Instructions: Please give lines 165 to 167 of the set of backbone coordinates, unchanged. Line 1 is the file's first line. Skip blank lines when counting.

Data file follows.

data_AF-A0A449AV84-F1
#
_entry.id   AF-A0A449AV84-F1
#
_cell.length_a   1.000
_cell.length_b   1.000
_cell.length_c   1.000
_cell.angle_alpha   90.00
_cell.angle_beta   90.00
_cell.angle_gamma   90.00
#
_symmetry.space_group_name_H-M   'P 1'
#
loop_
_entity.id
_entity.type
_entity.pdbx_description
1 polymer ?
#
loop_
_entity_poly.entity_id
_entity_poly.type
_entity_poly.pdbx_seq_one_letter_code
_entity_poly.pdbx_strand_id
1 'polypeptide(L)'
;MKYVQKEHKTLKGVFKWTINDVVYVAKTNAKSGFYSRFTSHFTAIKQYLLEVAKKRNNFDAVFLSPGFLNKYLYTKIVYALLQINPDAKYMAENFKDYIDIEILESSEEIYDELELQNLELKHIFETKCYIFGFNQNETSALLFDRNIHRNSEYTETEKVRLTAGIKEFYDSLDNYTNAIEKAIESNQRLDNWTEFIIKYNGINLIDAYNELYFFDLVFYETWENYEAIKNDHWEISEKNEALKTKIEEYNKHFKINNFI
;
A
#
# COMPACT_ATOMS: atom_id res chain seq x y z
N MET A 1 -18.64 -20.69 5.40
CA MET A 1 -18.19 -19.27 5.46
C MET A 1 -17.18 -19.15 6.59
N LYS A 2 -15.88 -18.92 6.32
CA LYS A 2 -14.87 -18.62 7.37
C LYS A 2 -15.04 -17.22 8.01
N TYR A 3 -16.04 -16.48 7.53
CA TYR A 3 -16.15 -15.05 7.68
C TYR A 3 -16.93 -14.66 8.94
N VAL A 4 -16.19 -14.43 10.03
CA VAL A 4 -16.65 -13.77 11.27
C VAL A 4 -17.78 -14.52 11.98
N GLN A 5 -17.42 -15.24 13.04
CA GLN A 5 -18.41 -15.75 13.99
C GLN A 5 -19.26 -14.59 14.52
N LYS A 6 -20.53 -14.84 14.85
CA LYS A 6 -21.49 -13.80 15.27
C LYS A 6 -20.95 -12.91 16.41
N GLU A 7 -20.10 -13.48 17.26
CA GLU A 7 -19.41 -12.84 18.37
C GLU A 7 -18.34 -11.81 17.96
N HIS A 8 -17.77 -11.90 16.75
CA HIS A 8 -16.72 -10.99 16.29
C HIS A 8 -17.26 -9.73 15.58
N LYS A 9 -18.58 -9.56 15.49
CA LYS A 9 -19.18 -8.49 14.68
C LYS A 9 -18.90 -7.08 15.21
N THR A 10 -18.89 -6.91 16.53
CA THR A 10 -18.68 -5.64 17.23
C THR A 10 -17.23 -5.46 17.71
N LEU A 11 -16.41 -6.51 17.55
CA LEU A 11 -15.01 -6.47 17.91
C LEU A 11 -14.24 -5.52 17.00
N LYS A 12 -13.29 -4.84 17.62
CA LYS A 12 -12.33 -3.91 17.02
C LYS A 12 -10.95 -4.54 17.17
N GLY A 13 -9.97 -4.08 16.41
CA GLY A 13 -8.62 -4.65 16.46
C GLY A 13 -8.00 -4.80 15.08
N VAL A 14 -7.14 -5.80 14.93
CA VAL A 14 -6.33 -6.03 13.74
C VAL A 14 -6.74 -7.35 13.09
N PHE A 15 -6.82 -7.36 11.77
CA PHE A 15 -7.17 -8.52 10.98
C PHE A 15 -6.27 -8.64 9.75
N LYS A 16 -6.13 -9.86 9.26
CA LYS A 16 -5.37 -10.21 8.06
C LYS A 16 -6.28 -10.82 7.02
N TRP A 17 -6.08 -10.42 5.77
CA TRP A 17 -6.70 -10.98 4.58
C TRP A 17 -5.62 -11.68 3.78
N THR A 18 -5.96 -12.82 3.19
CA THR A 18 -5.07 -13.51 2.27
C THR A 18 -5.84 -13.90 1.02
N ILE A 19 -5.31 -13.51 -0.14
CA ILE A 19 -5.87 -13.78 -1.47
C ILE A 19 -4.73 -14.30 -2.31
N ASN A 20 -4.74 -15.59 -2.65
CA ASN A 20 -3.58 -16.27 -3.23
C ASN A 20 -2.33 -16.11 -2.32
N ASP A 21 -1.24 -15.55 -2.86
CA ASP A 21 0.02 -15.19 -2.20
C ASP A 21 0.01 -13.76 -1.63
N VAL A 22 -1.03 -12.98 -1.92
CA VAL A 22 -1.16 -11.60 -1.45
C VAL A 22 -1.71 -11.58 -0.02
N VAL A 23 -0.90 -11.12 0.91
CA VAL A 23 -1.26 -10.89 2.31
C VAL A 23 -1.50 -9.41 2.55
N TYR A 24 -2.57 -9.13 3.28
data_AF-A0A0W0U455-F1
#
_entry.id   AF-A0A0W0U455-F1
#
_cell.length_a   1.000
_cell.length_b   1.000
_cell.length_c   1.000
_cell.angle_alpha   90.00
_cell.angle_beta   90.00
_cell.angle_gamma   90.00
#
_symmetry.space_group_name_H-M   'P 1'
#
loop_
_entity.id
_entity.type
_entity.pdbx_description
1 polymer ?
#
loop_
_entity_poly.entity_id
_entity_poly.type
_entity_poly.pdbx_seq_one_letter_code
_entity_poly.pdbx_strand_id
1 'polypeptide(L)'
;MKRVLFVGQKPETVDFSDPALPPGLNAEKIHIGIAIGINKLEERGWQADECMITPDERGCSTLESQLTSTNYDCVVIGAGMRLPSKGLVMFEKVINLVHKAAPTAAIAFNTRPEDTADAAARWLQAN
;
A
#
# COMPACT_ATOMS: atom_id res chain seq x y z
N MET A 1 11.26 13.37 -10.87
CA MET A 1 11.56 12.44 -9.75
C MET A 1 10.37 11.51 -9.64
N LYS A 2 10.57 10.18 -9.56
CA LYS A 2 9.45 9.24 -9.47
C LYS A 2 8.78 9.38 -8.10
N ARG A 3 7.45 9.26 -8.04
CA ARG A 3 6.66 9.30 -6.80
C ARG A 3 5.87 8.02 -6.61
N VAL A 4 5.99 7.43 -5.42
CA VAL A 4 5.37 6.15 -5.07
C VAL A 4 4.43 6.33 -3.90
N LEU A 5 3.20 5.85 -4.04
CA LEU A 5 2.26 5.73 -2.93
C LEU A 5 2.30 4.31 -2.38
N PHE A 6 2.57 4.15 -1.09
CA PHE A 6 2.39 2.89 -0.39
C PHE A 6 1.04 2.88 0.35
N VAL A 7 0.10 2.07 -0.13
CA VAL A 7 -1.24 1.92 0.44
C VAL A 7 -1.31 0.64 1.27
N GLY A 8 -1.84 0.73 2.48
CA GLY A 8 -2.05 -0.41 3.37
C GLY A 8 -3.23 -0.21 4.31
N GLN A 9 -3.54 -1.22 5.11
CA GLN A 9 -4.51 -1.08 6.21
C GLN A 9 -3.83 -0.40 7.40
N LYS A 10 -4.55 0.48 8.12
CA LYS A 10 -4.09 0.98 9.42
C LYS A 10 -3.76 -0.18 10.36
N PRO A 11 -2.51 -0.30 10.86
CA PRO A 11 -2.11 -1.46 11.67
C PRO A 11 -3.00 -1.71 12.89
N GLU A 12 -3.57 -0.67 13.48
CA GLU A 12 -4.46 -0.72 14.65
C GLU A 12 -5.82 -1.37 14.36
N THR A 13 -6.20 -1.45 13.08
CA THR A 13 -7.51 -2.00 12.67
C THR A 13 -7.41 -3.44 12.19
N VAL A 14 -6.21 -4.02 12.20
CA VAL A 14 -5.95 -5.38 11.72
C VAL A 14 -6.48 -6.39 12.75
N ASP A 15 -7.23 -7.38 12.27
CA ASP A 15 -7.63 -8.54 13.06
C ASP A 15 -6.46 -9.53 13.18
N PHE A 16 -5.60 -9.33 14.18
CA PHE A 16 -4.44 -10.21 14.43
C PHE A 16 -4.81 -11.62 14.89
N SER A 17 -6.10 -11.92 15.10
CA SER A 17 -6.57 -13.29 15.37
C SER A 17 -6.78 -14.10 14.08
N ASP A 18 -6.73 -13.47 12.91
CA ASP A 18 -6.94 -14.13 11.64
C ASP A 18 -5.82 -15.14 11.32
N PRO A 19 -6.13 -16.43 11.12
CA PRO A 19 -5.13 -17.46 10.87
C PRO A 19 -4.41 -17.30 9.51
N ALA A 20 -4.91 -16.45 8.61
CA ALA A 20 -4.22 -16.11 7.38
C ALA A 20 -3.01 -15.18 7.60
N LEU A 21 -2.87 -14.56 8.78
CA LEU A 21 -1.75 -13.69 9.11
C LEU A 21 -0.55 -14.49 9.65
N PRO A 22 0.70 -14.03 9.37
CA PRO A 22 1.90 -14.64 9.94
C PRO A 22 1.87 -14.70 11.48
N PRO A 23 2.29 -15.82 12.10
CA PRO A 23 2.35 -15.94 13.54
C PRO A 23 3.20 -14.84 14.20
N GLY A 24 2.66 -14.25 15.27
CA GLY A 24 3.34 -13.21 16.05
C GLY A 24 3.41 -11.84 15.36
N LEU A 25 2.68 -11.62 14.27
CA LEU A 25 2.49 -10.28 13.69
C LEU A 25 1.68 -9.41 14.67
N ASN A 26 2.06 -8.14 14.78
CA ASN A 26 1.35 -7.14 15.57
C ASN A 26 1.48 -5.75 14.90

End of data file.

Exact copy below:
CA GLU A 12 -4.46 -0.72 14.65
C GLU A 12 -5.82 -1.37 14.36
N THR A 13 -6.20 -1.45 13.08